Thursday, June 16, 2011

When I Was Fearless

When Chef and I were swimming the other night, I relayed to him a story from my childhood. I don't exactly remember how we got on it, but it was a story about a trip I took with my mom (and probably some other kids too, my brother I'm sure, I just don't remember who else was there) to Kramer's Lake. Kramer's lake was clearly a body of water, as the name implies, but also included some water slides and big trapeze, as well.

I think I was about 10 years old and all I wanted to do was swing out on that trapeze. Fly through the air and land in the water below. I'm not sure if my mom told me specifically not to do it or if she just communicated that with her eyes and demeanor. Either way, I ignored it.

So picture me as a not yet five foot girl, standing on top of a large trapeze that was on an elevated platform and landed in waters, the depths of which were unknown (at least to me). We had a pool, so I was a pretty good swimmer. None of this seemed to matter more than the thrill of the swing and release. I had to stretch my little toes as far off the platform as I could to grab the trapeze bar. I had just laid my fingertips on top of it when I heard a familiar voice yelling in the distance. I can see her now in a colorful, yet sensible one-piece bathing suit, her shoulder length hair pulled back in a pony tail, and large sunglasses (before they were really fashionable). Her arms were waving and she was yelling "DON'T GO! DON'T GO!".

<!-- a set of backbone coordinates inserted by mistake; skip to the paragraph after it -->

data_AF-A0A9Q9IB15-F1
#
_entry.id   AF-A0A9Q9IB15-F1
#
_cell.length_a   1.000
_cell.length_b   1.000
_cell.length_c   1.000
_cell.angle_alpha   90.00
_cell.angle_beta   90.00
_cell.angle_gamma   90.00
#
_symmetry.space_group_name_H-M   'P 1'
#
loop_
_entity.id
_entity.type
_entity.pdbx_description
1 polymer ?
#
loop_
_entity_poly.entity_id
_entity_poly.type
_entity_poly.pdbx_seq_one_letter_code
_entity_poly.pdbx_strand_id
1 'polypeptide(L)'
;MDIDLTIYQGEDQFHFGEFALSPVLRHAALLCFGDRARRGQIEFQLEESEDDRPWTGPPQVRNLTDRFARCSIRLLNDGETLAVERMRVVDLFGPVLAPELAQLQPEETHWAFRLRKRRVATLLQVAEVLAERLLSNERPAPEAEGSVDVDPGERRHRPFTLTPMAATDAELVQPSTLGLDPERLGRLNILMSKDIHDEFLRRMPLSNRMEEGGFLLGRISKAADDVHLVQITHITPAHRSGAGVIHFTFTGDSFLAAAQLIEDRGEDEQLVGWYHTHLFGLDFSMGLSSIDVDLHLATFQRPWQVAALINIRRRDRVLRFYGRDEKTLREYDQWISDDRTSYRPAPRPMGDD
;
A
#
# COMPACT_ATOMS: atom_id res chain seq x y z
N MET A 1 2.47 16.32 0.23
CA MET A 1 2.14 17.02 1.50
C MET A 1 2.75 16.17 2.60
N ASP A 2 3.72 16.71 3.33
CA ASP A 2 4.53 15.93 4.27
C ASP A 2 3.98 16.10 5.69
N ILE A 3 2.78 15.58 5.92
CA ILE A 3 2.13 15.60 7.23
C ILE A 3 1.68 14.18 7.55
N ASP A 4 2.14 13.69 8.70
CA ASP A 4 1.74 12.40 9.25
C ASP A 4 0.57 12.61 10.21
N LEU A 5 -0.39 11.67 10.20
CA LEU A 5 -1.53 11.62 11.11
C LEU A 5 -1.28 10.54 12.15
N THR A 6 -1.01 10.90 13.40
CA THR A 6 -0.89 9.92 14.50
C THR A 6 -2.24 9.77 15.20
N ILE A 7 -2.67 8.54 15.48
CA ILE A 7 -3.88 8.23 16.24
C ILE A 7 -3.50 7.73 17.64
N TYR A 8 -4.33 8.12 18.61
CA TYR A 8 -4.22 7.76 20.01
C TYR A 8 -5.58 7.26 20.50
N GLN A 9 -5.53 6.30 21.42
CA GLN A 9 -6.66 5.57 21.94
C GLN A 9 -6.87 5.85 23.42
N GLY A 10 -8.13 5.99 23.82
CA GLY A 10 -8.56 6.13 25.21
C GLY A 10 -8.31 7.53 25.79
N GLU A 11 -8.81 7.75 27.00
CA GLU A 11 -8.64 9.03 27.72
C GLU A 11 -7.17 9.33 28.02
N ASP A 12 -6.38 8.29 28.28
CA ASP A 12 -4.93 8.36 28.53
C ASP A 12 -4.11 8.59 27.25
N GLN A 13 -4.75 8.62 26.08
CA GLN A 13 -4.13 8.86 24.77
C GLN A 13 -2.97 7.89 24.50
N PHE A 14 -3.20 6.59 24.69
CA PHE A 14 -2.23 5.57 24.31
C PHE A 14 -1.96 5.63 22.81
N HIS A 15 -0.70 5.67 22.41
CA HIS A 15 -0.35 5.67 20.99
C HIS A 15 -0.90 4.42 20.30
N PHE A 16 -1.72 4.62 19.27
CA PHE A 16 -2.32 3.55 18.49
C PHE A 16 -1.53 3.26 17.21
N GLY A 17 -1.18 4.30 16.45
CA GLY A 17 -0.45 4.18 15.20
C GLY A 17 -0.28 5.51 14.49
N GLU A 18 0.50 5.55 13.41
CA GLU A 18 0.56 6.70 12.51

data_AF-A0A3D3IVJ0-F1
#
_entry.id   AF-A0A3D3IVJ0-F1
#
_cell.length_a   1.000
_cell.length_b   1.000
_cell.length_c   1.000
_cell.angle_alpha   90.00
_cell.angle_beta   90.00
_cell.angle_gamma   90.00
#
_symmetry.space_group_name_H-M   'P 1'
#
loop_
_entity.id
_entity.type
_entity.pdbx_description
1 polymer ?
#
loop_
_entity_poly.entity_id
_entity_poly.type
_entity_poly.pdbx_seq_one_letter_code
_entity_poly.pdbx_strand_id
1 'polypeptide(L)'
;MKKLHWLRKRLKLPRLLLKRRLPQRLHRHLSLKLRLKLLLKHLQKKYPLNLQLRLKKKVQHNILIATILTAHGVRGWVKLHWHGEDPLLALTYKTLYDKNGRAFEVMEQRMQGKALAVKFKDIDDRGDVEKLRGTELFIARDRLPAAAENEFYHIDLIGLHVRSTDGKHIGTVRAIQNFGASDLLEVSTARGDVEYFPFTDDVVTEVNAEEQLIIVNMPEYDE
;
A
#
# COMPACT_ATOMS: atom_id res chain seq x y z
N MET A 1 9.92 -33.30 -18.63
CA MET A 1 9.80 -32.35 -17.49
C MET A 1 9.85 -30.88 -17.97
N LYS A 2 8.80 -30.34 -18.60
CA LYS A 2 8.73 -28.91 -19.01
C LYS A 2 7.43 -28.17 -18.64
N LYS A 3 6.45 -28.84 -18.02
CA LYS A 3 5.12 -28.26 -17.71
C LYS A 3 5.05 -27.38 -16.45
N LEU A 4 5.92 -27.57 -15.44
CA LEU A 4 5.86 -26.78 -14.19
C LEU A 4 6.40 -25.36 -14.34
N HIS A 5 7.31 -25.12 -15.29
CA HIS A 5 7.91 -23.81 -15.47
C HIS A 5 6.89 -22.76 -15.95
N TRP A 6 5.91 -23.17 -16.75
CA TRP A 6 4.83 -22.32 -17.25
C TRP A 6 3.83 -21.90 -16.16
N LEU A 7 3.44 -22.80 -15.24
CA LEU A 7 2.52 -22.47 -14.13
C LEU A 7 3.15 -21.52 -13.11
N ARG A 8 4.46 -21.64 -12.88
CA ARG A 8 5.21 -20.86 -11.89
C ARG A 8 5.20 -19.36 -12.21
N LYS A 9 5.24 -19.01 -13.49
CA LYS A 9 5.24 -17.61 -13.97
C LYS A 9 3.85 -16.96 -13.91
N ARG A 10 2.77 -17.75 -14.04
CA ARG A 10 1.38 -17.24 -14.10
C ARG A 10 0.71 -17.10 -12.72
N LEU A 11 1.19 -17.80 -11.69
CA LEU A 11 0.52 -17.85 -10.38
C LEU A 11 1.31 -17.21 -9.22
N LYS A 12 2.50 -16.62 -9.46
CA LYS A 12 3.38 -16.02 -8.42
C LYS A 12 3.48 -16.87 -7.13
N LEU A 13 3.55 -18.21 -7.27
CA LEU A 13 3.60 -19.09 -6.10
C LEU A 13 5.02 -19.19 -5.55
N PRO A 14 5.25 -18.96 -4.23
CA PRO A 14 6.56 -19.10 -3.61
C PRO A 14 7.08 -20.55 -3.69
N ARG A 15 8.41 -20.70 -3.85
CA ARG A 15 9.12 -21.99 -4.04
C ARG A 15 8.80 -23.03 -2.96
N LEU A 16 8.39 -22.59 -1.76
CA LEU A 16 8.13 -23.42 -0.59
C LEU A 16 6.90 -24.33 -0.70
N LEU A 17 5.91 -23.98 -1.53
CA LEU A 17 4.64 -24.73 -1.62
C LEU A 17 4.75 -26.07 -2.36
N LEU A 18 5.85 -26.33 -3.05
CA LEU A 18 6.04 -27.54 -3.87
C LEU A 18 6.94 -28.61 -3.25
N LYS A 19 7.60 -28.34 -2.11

The "lifeguard" who was watching the lake was distracted by the woman who was walking as fast as she could through thigh-high lake water to get to me. I used the distraction to my advantage and swung off the platform, letting go at the crest of my pendulum swing. I landed with a thud in the water and swam--albeit slowly--to my mother. At that point, I figured the lecture was probably going to be the same if I had gone or just prepared to go. The embarrassment of being called out in front of all of these older kids was more painful than any landing I could've taken, so I let 'er fly.

"You're too short." "You're too young." "We don't know how deep that water is." All were reasons that mom said made the trapeze too dangerous for me, but okay for my 13 year old brother. None of them really mattered, because I had already gotten what I wanted. A moment to disobey and FLY!

When I told the story to Chef, I said "That was back when I was young. And fearless."

Since then I've decided it's time to get a little more fearless again. We'll see what that ends up meaning.

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